A couple of weeks back the adventure community was shocked and saddened to learn about the death of Hendri Coetzee, a South African kayak guide who had paddled throughout Africa. Coetzee was leading a First Ascent sponsored team down the Lukuga River in the Democratic Republic of Congo when he was suddenly attacked and pulled from his boat by a large crocodile. At the time, the details of the event were a bit sketchy, but now that the paddlers on the expedition have returned home, the story is starting to fill in.
According to this story from the Associated Press, Coetzee was paddling a rather calm and peaceful stretch of the river alongside American kayakers Ben Stookesberry and Chris Korbulic, when the attack occurred. Apparently, the men were just 4 or 5 feet apart, and unaware that they were being stalked by one of the most deadly predators on the planet. The Nile Croc, which is common in the region, crept up behind Coetzee, and pulled him under in a flash. Stookesberry and Korbulic barely had time to shout before the entire incident was over. The hungry croc grabbed their guide and disappeared back under the water, and neither were seen again.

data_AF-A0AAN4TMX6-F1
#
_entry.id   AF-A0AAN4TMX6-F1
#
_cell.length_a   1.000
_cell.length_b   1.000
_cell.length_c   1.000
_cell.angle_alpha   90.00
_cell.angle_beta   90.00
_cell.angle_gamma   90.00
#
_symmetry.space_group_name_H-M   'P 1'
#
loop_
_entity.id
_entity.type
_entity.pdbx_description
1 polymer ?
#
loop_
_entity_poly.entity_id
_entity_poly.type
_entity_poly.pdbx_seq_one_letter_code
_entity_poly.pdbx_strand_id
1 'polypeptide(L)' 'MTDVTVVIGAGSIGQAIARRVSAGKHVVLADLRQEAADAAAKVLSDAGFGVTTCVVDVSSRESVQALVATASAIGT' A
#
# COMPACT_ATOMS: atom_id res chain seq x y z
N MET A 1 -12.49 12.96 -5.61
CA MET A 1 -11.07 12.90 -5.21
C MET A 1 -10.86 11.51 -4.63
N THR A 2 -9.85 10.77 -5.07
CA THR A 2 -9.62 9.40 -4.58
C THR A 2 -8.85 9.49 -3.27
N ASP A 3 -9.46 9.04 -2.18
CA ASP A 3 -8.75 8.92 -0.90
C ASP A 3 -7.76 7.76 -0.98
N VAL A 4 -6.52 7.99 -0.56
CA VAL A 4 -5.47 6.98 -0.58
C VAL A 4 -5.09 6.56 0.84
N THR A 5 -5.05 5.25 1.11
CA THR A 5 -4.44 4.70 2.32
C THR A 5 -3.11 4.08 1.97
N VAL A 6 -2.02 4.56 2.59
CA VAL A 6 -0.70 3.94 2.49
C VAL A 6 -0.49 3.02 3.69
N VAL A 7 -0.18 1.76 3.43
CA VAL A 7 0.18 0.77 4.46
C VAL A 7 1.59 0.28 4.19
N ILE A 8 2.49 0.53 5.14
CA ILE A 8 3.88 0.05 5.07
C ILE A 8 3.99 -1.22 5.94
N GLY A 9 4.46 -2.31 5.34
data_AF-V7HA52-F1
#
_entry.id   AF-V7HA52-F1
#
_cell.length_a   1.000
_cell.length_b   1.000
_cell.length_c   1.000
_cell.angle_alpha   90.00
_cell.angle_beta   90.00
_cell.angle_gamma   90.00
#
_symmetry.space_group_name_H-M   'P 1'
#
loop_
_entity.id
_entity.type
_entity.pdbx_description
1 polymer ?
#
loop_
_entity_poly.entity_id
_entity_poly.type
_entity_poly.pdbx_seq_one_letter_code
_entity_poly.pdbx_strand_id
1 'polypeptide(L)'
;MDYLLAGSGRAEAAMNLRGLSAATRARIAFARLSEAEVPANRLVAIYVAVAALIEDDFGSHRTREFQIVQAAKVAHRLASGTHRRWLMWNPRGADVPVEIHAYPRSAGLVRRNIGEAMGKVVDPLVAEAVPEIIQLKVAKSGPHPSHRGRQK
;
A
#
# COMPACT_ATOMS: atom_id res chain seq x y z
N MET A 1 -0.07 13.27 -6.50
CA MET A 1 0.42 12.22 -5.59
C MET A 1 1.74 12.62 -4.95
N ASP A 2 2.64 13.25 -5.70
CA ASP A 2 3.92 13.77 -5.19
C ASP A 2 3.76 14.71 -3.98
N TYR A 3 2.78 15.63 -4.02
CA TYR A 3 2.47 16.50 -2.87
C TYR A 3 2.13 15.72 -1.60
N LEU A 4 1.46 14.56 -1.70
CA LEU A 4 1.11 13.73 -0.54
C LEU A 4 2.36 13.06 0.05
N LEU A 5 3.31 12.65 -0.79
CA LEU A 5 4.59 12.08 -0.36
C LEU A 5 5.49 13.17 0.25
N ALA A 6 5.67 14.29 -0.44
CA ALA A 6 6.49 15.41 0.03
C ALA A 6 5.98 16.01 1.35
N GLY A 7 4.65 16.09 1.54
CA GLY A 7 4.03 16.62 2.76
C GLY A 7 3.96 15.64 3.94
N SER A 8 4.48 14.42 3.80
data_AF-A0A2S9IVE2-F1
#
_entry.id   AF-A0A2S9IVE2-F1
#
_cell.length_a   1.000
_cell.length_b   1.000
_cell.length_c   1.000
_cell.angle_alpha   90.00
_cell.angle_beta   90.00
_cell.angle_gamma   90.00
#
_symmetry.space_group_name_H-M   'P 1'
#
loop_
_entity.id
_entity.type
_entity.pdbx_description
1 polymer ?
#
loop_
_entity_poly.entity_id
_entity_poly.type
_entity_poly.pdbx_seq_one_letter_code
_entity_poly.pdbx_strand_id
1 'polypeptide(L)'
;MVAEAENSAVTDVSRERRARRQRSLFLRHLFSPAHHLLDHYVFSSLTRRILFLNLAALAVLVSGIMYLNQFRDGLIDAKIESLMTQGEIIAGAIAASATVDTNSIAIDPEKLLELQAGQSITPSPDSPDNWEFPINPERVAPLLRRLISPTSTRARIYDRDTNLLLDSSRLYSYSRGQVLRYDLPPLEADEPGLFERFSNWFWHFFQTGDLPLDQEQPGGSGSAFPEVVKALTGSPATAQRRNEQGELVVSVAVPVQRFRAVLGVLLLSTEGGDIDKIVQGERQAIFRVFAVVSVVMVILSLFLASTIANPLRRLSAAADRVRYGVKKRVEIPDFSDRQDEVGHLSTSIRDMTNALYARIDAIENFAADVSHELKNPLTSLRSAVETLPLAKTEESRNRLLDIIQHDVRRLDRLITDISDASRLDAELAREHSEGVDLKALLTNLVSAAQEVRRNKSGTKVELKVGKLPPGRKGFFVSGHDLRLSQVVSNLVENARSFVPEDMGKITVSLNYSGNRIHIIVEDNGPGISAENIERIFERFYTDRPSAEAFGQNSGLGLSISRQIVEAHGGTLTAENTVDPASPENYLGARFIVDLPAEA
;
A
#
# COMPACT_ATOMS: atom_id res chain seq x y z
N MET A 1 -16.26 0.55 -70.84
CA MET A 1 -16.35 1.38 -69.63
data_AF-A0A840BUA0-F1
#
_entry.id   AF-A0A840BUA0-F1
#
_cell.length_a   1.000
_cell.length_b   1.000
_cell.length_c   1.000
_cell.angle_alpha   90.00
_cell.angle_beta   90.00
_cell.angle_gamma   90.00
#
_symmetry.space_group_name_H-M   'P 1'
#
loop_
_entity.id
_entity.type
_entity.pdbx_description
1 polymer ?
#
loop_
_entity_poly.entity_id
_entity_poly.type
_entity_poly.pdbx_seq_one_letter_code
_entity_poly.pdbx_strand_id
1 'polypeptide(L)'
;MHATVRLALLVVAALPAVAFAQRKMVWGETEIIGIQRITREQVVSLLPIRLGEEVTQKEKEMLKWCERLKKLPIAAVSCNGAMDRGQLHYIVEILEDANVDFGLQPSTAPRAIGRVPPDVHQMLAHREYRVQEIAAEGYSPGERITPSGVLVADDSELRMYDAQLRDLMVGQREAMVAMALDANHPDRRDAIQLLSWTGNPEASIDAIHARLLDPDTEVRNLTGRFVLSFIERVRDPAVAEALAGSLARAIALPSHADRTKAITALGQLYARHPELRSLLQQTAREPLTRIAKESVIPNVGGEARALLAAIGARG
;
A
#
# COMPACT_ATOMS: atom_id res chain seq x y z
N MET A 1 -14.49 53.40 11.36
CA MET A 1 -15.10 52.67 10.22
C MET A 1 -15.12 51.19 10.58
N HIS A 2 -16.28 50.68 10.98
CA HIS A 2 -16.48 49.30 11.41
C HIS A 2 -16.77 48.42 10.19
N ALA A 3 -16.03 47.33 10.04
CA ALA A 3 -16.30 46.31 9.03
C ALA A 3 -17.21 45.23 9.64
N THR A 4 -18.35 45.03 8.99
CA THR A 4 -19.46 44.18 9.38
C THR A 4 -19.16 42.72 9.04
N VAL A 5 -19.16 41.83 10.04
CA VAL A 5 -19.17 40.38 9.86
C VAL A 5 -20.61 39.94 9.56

The attack came after the trio had run a 30 mile section of whitewater and were preparing for a long stretch of easy paddling. The river had plenty of wildlife, including hippos and crocs, two of the most dangerous animals in Africa, but that morning the team had only seen a few small crocs, which were of little concern. After weeks of paddling African rivers, they had grown use to the creatures there, and had learned to avoid them as best they could.
The article says that after the attack, Stookesberry and Korbulic sat stunned for 20 seconds before paddling as fast as they could to shore. They reached the bank a mile down stream and retrieved Coetzee’s red kayak as it floated by. There weren’t even any scratch marks on it to tell the tale of what had occurred.
According to the story, the croc that attack the South African guide was “at least 15 feet long and weighed up to 2 tons.” While Nile Crocs can grow in excess of 16 feet, it is extremely rare. Large males are in that 15-16 feet range and weigh roughly 500 pounds. The largest ever recorded did reach over 21 feet in length and weighed 2400 pounds, well below the 2 tons quoted in the article. Still, they are powerful beasts that are amongst the most dangerous animals on the planet, and when you’re in their element, you pretty much have no chance.
Thanks to Jason over at Extreme Adventure News for the tip on this story.
- Make a Virtual Kilimanjaro Climb to Support Tanzanian Porters - November 17, 2020
- Nepal’s ‘Road to Everest’ Isn’t What You Think - November 12, 2020
- South Georgia Island Under Threat From “World’s Largest Iceberg” - November 11, 2020